Q: You emphasise the role of the Secretariat, the permanent UN officials, as well as the member states and the Security Council. Why is that?
A: One of the key arguments of my book is that the relationship between the Secretariat and the Security Council needs to be reformed. In all three crises examined in Complicity with Evil-The United Nations in the Age of Modern Genocide, secretariat officials have prioritised the political demands of the Security Council over the UN’s founding humanitarian mission. Kofi Annan, head of peacekeeping during both the Rwandan genocide and the Bosnian war, helped shape UN policy as well as implement it. In January 1994 he refused General Dallaire, the commander of the UN mission in Rwanda, permission to raid the Hutu arms caches, and did not tell the Security Council that General Dallaire had asked to do so. In May 1995, Yasushi Akashi, the most senior UN official in the field in the former Yugoslavia, refused to authorise an airstrike against the Bosnian Serbs after they shelled Sarajevo, even though there was a mandate to do so. One of Akashi’s reasons was that such an airstrike would ‘weaken’ the then Serbian President Slobodan Milosevic. With regard to Darfur, in 2003 the powerful Department of Political Affairs downplayed a year’s worth of warnings from the field about the atrocities there because the DPA wanted to prioritise a separate peace agreement over the conflict in southern Sudan. These were decisions taken not by the Security Council, but by UN officials. It is not only legitimate, but vital, to examine the role and influence of UN officials on the UN’s decisions and actions on subsequent events, especially when the consequences can be so tragic.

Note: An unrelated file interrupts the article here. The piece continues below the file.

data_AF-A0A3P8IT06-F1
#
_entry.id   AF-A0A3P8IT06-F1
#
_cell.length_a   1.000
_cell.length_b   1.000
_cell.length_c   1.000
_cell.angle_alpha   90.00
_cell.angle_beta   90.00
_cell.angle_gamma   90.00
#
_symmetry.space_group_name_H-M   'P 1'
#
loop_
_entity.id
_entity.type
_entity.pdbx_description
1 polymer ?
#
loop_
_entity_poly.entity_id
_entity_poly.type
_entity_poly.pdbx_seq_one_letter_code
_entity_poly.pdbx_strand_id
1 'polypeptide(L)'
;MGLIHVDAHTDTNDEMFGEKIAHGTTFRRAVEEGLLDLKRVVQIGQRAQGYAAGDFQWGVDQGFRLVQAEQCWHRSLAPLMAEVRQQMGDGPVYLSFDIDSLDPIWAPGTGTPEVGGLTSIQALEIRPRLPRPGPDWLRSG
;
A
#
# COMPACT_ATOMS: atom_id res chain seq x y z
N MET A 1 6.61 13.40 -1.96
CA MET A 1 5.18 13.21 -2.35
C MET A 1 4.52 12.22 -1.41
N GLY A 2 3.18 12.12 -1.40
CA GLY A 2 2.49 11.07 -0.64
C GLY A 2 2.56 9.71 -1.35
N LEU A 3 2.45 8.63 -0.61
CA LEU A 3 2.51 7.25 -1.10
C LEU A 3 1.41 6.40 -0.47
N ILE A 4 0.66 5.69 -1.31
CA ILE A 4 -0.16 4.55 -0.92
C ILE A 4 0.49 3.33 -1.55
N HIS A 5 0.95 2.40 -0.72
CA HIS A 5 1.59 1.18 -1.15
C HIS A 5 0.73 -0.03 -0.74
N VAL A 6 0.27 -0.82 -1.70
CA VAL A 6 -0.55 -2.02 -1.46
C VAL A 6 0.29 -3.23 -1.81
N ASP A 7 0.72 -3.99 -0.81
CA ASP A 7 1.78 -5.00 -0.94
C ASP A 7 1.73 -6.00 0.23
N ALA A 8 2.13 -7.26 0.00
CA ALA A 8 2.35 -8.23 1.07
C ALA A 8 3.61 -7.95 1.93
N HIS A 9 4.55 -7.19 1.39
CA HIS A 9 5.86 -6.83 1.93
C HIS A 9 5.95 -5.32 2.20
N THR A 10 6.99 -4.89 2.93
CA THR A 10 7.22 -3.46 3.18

Q: You are very critical of the UN Commission on Human Rights.
A: The UN was founded by the victorious Allies in San Francisco in 1945. Fifty countries signed the UN Charter, which calls on its member states to ‘save succeeding generations from the scourge of war’ and to ‘reaffirm faith in fundamental human rights, in the dignity and worth of the human person, in the equal rights of men and women and of nations large and small’. By the early 21st century these noble sentiments had been thoroughly debased. Sudan, for example, remained a member of the Commission on Human Rights during 2003, 2004 and 2005. Other members included Libya, China, Cuba and Russia. Zimbabwe was a member in 2005, the same year that President Robert Mugabe ordered Operation Murambatsvina, meaning ‘drive out trash’. The army and police launched a lightening demolition campaign which left 700,000 people with nowhere to eat, work or sleep. The biggest single act of social destruction in Africa for years passed uncondemned by both the Commission on Human Rights and the General Assembly, although Kofi Annan called it a ‘catastrophic injustice’. The Commission has now been replaced by a Human Rights Council but which is also very unsatisfactory. Sudan and Zimbabwe did not stand for election, but Cuba, China and Saudi Arabia all won seats.
Q: What kind of reforms does the UN need to make?